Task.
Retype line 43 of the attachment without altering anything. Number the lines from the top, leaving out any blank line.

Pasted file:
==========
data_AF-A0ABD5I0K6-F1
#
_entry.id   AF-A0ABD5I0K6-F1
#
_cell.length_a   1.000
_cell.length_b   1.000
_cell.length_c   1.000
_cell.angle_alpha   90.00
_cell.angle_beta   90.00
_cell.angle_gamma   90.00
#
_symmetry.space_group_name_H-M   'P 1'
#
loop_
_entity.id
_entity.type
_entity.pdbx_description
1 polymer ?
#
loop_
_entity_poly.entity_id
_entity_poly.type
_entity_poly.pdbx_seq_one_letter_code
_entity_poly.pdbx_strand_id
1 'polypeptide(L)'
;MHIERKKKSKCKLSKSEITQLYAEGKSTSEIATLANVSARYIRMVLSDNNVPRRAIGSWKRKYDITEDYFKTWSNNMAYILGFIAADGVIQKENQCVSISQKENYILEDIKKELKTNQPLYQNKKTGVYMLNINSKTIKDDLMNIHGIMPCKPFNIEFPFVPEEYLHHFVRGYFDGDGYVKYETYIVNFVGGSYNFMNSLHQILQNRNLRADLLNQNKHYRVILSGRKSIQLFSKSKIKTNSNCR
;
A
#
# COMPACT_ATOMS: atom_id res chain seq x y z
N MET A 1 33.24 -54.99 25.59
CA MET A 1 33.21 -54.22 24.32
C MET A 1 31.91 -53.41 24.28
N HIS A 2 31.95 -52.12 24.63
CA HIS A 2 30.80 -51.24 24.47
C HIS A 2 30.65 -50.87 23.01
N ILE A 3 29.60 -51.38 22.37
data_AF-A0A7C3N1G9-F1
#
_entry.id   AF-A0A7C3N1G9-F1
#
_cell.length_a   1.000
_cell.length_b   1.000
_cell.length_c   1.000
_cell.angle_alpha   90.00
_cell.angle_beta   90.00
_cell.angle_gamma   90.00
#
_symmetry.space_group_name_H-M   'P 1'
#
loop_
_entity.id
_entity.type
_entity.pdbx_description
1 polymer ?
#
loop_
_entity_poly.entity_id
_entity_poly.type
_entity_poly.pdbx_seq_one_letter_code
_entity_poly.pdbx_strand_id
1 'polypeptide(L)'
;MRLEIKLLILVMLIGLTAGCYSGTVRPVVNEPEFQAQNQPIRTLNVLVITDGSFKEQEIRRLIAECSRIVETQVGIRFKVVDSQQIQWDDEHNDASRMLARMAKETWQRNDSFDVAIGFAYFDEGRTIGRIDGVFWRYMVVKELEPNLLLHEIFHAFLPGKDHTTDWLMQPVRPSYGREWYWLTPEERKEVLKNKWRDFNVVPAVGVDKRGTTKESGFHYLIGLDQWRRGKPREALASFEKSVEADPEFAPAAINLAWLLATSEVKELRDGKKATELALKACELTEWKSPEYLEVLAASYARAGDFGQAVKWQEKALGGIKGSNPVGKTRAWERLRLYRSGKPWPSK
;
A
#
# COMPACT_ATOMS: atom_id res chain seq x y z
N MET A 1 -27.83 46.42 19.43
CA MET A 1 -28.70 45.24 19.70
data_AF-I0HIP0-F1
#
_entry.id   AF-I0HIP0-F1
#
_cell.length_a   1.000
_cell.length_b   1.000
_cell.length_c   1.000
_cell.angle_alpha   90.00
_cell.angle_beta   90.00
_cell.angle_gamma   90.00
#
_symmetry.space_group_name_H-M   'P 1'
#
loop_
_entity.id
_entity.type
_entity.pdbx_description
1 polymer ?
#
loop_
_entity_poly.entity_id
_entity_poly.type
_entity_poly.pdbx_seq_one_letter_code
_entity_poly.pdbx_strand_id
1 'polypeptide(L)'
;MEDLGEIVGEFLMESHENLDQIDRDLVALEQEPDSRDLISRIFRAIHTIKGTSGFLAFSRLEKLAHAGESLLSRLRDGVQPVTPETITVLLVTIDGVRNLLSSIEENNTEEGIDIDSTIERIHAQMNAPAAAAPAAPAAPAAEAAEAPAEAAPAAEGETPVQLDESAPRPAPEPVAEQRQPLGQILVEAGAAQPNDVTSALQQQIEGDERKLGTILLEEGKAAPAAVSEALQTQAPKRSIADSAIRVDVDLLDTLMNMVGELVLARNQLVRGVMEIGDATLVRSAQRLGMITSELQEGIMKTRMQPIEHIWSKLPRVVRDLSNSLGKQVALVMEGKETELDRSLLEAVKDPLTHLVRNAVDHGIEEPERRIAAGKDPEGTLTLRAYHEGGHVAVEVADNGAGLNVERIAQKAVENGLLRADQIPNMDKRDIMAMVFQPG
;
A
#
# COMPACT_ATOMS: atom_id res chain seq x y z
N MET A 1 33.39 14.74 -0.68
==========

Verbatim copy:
_cell.length_b   1.000